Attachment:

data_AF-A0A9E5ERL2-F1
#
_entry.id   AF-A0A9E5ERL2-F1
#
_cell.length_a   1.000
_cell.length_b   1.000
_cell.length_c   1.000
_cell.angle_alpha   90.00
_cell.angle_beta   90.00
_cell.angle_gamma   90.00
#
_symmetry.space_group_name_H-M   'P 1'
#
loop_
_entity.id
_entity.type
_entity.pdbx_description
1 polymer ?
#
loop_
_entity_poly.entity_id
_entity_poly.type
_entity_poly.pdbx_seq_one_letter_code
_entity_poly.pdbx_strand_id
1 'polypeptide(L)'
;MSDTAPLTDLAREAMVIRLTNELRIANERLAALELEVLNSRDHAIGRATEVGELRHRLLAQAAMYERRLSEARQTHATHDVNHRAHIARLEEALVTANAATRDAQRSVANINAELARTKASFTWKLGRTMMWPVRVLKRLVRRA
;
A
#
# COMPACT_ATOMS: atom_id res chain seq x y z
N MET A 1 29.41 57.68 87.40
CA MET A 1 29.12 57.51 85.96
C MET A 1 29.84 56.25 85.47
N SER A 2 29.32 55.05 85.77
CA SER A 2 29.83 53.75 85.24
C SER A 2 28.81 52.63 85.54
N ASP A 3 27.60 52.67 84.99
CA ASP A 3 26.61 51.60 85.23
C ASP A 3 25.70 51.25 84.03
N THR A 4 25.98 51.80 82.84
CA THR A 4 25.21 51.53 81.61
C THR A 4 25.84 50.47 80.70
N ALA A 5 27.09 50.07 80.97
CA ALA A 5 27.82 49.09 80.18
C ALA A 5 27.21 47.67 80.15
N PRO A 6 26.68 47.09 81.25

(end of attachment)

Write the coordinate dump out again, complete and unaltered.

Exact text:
data_AF-A0A9E5ERL2-F1
#
_entry.id   AF-A0A9E5ERL2-F1
#
_cell.length_a   1.000
_cell.length_b   1.000
_cell.length_c   1.000
_cell.angle_alpha   90.00
_cell.angle_beta   90.00
_cell.angle_gamma   90.00
#
_symmetry.space_group_name_H-M   'P 1'
#
loop_
_entity.id
_entity.type
_entity.pdbx_description
1 polymer ?
#
loop_
_entity_poly.entity_id
_entity_poly.type
_entity_poly.pdbx_seq_one_letter_code
_entity_poly.pdbx_strand_id
1 'polypeptide(L)'
;MSDTAPLTDLAREAMVIRLTNELRIANERLAALELEVLNSRDHAIGRATEVGELRHRLLAQAAMYERRLSEARQTHATHDVNHRAHIARLEEALVTANAATRDAQRSVANINAELARTKASFTWKLGRTMMWPVRVLKRLVRRA
;
A
#
# COMPACT_ATOMS: atom_id res chain seq x y z
N MET A 1 29.41 57.68 87.40
CA MET A 1 29.12 57.51 85.96
C MET A 1 29.84 56.25 85.47
N SER A 2 29.32 55.05 85.77
CA SER A 2 29.83 53.75 85.24
C SER A 2 28.81 52.63 85.54
N ASP A 3 27.60 52.67 84.99
CA ASP A 3 26.61 51.60 85.23
C ASP A 3 25.70 51.25 84.03
N THR A 4 25.98 51.80 82.84
CA THR A 4 25.21 51.53 81.61
C THR A 4 25.84 50.47 80.70
N ALA A 5 27.09 50.07 80.97
CA ALA A 5 27.82 49.09 80.18
C ALA A 5 27.21 47.67 80.15
N PRO A 6 26.68 47.09 81.25